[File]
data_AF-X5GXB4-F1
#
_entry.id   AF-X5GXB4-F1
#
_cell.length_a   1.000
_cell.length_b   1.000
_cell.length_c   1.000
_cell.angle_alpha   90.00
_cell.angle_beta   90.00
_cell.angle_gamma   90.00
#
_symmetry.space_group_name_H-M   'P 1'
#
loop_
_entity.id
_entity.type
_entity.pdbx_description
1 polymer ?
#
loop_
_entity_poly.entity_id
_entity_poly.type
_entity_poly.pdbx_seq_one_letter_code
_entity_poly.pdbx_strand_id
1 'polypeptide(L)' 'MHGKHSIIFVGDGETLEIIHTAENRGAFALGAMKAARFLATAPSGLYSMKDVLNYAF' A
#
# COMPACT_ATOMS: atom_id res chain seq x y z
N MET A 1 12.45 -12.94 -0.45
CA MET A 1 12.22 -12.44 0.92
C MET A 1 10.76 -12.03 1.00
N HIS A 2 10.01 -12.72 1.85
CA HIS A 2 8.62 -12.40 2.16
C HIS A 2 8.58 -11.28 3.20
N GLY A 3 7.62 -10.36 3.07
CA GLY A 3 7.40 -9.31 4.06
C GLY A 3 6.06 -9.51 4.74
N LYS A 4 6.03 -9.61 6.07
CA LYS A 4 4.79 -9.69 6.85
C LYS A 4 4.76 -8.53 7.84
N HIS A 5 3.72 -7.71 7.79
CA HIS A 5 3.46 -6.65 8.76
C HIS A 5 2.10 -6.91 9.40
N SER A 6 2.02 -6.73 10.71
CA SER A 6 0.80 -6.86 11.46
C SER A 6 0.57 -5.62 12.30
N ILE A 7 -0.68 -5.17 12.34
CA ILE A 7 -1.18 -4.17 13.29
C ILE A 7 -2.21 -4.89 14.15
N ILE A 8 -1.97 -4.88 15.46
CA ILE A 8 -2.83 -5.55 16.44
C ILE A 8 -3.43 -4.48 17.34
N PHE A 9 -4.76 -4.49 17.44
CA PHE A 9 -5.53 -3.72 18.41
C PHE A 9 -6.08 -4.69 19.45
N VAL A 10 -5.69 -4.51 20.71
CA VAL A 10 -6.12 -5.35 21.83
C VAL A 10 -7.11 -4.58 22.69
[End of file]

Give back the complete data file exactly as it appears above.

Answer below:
data_AF-X5GXB4-F1
#
_entry.id   AF-X5GXB4-F1
#
_cell.length_a   1.000
_cell.length_b   1.000
_cell.length_c   1.000
_cell.angle_alpha   90.00
_cell.angle_beta   90.00
_cell.angle_gamma   90.00
#
_symmetry.space_group_name_H-M   'P 1'
#
loop_
_entity.id
_entity.type
_entity.pdbx_description
1 polymer ?
#
loop_
_entity_poly.entity_id
_entity_poly.type
_entity_poly.pdbx_seq_one_letter_code
_entity_poly.pdbx_strand_id
1 'polypeptide(L)' 'MHGKHSIIFVGDGETLEIIHTAENRGAFALGAMKAARFLATAPSGLYSMKDVLNYAF' A
#
# COMPACT_ATOMS: atom_id res chain seq x y z
N MET A 1 12.45 -12.94 -0.45
CA MET A 1 12.22 -12.44 0.92
C MET A 1 10.76 -12.03 1.00
N HIS A 2 10.01 -12.72 1.85
CA HIS A 2 8.62 -12.40 2.16
C HIS A 2 8.58 -11.28 3.20
N GLY A 3 7.62 -10.36 3.07
CA GLY A 3 7.40 -9.31 4.06
C GLY A 3 6.06 -9.51 4.74
N LYS A 4 6.03 -9.61 6.07
CA LYS A 4 4.79 -9.69 6.85
C LYS A 4 4.76 -8.53 7.84
N HIS A 5 3.72 -7.71 7.79
CA HIS A 5 3.46 -6.65 8.76
C HIS A 5 2.10 -6.91 9.40
N SER A 6 2.02 -6.73 10.71
CA SER A 6 0.80 -6.86 11.46
C SER A 6 0.57 -5.62 12.30
N ILE A 7 -0.68 -5.17 12.34
CA ILE A 7 -1.18 -4.17 13.29
C ILE A 7 -2.21 -4.89 14.15
N ILE A 8 -1.97 -4.88 15.46
CA ILE A 8 -2.83 -5.55 16.44
C ILE A 8 -3.43 -4.48 17.34
N PHE A 9 -4.76 -4.49 17.44
CA PHE A 9 -5.53 -3.72 18.41
C PHE A 9 -6.08 -4.69 19.45
N VAL A 10 -5.69 -4.51 20.71
CA VAL A 10 -6.12 -5.35 21.83
C VAL A 10 -7.11 -4.58 22.69